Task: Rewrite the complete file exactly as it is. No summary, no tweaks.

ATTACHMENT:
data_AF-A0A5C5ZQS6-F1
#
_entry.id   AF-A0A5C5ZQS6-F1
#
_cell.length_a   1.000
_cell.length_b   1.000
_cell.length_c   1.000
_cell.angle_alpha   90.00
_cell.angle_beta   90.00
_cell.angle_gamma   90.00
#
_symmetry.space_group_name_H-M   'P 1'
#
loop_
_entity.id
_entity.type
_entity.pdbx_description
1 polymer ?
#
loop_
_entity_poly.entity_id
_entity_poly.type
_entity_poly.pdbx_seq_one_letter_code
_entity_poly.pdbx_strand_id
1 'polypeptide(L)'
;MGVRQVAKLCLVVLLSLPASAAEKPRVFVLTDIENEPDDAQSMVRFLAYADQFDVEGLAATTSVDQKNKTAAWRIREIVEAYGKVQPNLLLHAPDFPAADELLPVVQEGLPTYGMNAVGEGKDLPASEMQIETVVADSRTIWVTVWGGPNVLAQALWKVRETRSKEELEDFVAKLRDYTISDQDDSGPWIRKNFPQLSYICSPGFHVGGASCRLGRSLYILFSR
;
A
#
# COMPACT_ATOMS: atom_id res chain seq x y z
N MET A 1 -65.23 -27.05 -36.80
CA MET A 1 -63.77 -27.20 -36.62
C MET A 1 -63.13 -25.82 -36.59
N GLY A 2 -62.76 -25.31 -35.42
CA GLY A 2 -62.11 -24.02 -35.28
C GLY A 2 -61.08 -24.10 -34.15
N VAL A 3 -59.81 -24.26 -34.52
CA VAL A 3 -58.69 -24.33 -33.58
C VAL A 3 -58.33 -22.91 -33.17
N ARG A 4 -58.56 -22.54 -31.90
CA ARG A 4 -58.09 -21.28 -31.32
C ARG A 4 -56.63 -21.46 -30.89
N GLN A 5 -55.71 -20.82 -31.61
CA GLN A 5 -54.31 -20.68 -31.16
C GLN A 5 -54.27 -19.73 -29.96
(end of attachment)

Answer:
data_AF-A0A5C5ZQS6-F1
#
_entry.id   AF-A0A5C5ZQS6-F1
#
_cell.length_a   1.000
_cell.length_b   1.000
_cell.length_c   1.000
_cell.angle_alpha   90.00
_cell.angle_beta   90.00
_cell.angle_gamma   90.00
#
_symmetry.space_group_name_H-M   'P 1'
#
loop_
_entity.id
_entity.type
_entity.pdbx_description
1 polymer ?
#
loop_
_entity_poly.entity_id
_entity_poly.type
_entity_poly.pdbx_seq_one_letter_code
_entity_poly.pdbx_strand_id
1 'polypeptide(L)'
;MGVRQVAKLCLVVLLSLPASAAEKPRVFVLTDIENEPDDAQSMVRFLAYADQFDVEGLAATTSVDQKNKTAAWRIREIVEAYGKVQPNLLLHAPDFPAADELLPVVQEGLPTYGMNAVGEGKDLPASEMQIETVVADSRTIWVTVWGGPNVLAQALWKVRETRSKEELEDFVAKLRDYTISDQDDSGPWIRKNFPQLSYICSPGFHVGGASCRLGRSLYILFSR
;
A
#
# COMPACT_ATOMS: atom_id res chain seq x y z
N MET A 1 -65.23 -27.05 -36.80
CA MET A 1 -63.77 -27.20 -36.62
C MET A 1 -63.13 -25.82 -36.59
N GLY A 2 -62.76 -25.31 -35.42
CA GLY A 2 -62.11 -24.02 -35.28
C GLY A 2 -61.08 -24.10 -34.15
N VAL A 3 -59.81 -24.26 -34.52
CA VAL A 3 -58.69 -24.33 -33.58
C VAL A 3 -58.33 -22.91 -33.17
N ARG A 4 -58.56 -22.54 -31.90
CA ARG A 4 -58.09 -21.28 -31.32
C ARG A 4 -56.63 -21.46 -30.89
N GLN A 5 -55.71 -20.82 -31.61
CA GLN A 5 -54.31 -20.68 -31.16
C GLN A 5 -54.27 -19.73 -29.96